In the United States and around the globe, people depend on fossil fuels for much of our energy production. This is changing — better knowledge of the health risks caused by pollution and the amount of greenhouse gases fossil fuels release into the atmosphere have made it a less popular option for energy production. Now, both governments and the citizens they represent are wary of depending on it indefinitely.
However, humans still rely on fossil fuels for much of our energy production. So, how much is used today?
What Current Fossil Fuel Use Looks Like
Fossil fuels are energy-dense deposits of natural fuel that are the results of millennia of decomposing organic matter. Oil, coal and natural gas supply the vast majority of the world's energy.
Today, around 80 percent of all energy produced in the United States comes from these nonrenewable resources. Of this 80 percent, the largest share (37 percent) came from petroleum, the next largest (31 percent) from natural gas and the smallest (13 percent) from coal.
The remaining 20 percent of energy is produced by a combination of renewable resources — like wind and solar — hydro and nuclear power.
In terms of physical resources, Americans consume about 7.3 billion barrels of crude oil, 29.96 trillion cubic feet of natural gas and 623 million tons of coal each year. About 46 percent of that oil, or 3.4 billion barrels, is turned into gasoline. Another 20 percent — 1.46 billion barrels — is made into diesel. The rest is used to produce electricity, as well as consumer and industrial goods — like mineral oil, plastic and steel.
Over the past few years, the amount of total energy consumed has increased, and so has the use of all fossil fuels. The percentage of petroleum and coal, however, has trended down, while natural gas use has gone up. This shift is likely due to the high supply of natural gas in the United States and advancements in fracking technology that make it easier to extract. It also emits less carbon dioxide than petroleum and coal when used to generate power.
Globally, the numbers look a little different — natural gas is used less often abroad, while coal is used slightly more. For the most part, global fossil fuel usage is the same as in the United States — primarily oil, but with significant contributions from natural gas and coal.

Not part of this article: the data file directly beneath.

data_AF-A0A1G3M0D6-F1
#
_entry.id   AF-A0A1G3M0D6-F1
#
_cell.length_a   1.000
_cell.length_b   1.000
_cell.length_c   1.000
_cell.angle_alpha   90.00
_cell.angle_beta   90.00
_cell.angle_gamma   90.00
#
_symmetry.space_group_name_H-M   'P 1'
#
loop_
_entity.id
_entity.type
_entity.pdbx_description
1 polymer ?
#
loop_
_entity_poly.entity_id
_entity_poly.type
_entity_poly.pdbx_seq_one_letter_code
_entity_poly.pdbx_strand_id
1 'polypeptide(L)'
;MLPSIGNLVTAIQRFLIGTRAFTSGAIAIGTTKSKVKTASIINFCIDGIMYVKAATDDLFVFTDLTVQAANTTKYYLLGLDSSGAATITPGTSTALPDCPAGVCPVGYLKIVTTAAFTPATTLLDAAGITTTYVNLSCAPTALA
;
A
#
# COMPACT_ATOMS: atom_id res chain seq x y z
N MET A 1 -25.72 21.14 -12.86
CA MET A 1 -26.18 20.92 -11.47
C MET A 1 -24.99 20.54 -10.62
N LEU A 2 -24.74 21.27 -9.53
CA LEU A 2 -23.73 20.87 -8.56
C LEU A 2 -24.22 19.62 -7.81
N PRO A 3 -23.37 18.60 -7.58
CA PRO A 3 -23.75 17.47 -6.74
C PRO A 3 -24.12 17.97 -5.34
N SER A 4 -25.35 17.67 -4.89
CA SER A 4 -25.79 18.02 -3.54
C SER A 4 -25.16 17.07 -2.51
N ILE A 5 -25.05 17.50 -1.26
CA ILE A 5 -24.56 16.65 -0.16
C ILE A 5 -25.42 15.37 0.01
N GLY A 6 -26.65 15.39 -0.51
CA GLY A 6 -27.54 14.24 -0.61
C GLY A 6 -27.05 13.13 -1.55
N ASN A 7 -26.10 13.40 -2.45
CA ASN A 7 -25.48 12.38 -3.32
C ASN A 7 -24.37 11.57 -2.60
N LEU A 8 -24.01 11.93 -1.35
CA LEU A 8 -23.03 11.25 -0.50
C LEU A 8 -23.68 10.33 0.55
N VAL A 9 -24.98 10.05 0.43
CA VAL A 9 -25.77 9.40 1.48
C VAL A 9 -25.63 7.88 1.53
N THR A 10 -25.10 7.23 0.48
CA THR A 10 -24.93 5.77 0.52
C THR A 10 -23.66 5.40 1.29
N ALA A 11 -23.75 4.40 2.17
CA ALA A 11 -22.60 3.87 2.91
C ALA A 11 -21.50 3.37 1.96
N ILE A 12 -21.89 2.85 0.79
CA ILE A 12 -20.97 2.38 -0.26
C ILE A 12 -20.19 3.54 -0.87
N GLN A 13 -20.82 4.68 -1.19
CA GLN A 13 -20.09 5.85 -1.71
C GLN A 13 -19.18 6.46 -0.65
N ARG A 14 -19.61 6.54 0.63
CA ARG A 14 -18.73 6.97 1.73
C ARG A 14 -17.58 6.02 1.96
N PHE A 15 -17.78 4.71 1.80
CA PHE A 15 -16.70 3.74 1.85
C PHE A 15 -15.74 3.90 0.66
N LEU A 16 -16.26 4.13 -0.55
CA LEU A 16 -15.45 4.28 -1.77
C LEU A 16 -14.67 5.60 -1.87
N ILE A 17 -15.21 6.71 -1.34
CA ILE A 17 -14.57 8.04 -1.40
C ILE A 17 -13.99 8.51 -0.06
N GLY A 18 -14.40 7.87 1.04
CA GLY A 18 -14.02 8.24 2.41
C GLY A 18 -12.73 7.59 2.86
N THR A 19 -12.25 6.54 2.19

Future Trends in Fossil Fuel Usage
Because of the negative impact fossil fuels can have — both in causing pollution and emitting greenhouse gases like carbon dioxide — some countries are looking at other sources.
The long-term trend is moving in the direction of green energy — except nuclear, which has started to decline slowly. In the future, renewable energy will likely take up a much larger share of production than it does today.
Looking at the current trends, however, fossil fuels will continue to supply a large amount of our energy. While renewable energy has trended up somewhat in the past few decades, the gains haven't been substantial — around 1 percentage point more of the total energy production every year. Barring major changes — like a nationwide or global push for 100 percent renewable energy — the future will be greener, but not fully powered by renewables.
At the same time, increasing oil prices may change our consumption habits and possibly push us away from dependence on oil. The cleaner fossil fuels — like natural gas and coal plants outfitted with devices that pull carbon dioxide out of the atmosphere — may continue to eat away at the usage rate of petroleum.
How People Will Use Fossil Fuels
Both globally and in the United States, fossil fuels provide the vast majority of the energy consumed annually. Our consumption of power — and use of fossil fuels — trends up slightly every year.
Our high use of fossil fuels may decrease somewhat in the future, as governments turn toward more sustainable solutions to energy production. However, it's not likely that renewables will make up the majority of energy production any time soon.
Kayla Matthews has been writing about healthy living for several years and is proud to be a featured writer on a number of inspiring health sites, including Mother Earth News. To learn more about Kayla, you can follow her on Google+, Facebook and Twitter and check out her most recent posts on Productivity Theory
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